Speech impairments can have many causes: dysfluencies such as stuttering, neurological conditions such as Tourette’s Syndrome, surgical removal of the larynx, stroke, traumatic head injury, and degenerative illness. Students with speech impairments may communicate in various ways. Some students speak with their own voices, but slowly and with some lack of clarity; other students write notes, point to communication boards, use electronic speech-synthesizers, or communicate through assistants who interpret their speech to other people.
Suggested Modifications and Accommodations
- In communicating with students who have speech impairments, resist the temptation to indicate that you have understood when in fact you have not. Students with speech impairments are accustomed to being asked to repeat, so don’t be afraid that you’ll offend them if you ask them to “say it again” or to spell words that you can’t decipher.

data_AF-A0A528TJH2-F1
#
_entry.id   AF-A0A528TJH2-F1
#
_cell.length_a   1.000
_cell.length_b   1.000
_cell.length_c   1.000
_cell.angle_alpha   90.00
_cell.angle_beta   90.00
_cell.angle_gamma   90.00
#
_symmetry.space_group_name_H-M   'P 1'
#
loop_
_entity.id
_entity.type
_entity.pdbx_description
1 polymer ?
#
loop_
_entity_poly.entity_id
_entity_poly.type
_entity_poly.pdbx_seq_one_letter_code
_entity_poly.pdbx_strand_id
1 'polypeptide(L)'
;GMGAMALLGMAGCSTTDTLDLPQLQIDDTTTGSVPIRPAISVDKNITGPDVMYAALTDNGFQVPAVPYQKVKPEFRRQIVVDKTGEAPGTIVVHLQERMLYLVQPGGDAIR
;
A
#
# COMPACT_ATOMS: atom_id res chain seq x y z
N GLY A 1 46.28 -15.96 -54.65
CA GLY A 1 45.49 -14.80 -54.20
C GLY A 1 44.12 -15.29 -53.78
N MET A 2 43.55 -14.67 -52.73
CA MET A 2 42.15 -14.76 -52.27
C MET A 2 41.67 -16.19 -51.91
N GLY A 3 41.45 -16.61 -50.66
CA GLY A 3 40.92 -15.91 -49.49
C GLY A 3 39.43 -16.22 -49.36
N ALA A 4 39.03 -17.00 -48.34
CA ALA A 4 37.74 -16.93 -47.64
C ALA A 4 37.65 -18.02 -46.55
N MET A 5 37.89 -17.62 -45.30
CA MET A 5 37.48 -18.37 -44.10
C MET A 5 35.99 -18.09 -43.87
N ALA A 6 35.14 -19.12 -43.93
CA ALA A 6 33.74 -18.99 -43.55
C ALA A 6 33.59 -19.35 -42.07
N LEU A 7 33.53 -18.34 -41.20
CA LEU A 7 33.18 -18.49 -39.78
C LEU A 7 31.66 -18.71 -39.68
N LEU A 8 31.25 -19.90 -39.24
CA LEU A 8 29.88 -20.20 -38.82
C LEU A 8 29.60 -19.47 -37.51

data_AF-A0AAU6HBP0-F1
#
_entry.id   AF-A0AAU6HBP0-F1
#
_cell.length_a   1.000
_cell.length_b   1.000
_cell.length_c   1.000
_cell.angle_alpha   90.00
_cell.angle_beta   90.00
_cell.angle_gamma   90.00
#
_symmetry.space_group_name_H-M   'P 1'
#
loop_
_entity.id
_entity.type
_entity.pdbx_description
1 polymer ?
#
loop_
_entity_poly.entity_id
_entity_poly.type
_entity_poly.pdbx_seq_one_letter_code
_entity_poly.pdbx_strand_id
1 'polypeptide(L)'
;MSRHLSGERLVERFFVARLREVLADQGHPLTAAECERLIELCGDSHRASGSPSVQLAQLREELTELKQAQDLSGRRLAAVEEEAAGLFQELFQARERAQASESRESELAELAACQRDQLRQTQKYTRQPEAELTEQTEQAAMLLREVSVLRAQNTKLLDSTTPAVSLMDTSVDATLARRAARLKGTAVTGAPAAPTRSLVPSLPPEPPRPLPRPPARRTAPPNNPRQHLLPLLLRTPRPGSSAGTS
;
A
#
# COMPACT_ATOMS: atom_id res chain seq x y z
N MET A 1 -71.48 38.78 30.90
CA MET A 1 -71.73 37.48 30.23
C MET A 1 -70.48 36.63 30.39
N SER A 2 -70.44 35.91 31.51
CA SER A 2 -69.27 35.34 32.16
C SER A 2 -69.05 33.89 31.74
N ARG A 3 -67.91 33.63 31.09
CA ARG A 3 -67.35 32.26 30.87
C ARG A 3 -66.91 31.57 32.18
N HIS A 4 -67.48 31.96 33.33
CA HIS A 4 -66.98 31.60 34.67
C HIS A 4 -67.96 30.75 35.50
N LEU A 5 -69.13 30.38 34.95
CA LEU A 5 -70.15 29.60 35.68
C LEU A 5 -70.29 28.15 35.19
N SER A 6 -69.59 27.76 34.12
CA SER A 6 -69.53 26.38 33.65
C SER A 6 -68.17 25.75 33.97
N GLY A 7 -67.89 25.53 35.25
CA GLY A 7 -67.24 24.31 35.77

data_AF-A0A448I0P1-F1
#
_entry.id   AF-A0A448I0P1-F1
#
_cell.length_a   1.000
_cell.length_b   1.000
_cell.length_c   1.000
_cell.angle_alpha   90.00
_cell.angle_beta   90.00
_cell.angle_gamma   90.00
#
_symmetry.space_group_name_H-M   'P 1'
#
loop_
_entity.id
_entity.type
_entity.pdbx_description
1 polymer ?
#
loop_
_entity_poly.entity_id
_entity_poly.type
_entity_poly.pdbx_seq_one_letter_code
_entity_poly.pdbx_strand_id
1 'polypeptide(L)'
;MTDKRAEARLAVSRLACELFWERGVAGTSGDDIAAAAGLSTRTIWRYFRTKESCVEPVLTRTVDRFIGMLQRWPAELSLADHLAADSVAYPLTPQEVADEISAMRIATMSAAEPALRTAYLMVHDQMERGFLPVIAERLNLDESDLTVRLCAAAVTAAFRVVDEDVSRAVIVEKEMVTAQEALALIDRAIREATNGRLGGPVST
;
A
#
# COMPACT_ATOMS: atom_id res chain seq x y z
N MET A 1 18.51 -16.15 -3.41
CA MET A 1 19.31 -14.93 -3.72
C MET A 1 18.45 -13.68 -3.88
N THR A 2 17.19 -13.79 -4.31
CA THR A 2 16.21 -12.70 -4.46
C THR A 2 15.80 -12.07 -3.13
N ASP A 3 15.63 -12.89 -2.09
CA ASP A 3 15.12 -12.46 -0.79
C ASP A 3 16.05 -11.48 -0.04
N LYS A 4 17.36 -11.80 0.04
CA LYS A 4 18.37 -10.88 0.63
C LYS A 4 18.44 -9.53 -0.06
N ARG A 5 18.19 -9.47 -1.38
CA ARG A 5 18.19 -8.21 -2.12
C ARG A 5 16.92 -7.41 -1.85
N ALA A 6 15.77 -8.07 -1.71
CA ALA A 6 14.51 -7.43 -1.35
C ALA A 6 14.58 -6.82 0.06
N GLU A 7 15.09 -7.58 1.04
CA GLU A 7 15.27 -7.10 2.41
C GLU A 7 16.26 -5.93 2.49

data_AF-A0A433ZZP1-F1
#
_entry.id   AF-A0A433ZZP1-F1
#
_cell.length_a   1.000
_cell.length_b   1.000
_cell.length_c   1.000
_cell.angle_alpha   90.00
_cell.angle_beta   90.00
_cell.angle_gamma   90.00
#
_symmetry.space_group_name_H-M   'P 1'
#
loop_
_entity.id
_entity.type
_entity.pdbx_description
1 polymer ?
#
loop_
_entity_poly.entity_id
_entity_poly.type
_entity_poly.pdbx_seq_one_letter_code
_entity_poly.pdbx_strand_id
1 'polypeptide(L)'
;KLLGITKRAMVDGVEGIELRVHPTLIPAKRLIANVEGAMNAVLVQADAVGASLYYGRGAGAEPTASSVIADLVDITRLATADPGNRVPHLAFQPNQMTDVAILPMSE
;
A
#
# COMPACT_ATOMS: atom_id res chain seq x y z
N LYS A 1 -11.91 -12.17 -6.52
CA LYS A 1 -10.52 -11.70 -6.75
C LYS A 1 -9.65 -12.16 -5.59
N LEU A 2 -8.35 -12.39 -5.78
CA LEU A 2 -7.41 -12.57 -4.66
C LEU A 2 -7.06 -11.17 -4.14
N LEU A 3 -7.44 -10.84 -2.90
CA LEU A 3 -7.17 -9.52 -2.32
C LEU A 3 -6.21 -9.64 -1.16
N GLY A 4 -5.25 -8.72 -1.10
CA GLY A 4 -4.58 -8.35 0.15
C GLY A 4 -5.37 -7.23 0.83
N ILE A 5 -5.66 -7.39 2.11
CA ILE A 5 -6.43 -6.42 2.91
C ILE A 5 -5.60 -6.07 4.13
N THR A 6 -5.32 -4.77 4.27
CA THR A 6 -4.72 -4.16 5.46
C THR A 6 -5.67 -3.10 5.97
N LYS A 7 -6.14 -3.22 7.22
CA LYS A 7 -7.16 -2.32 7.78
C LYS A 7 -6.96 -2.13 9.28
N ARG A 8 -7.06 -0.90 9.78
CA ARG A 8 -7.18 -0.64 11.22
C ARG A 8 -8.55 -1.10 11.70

- When students have speech impairments, meet with them early in the semester to discuss their communication styles and how they can best function in your classroom. Will they be able to answer if you call on them? Will they be able to ask questions and make comments during class discussions, or do oral presentations? If not, are there other ways the students can demonstrate competency: for example, by completing an extra essay or project
- If a communication assistant accompanies the student to class, address your comments and questions to the student rather than the assistant.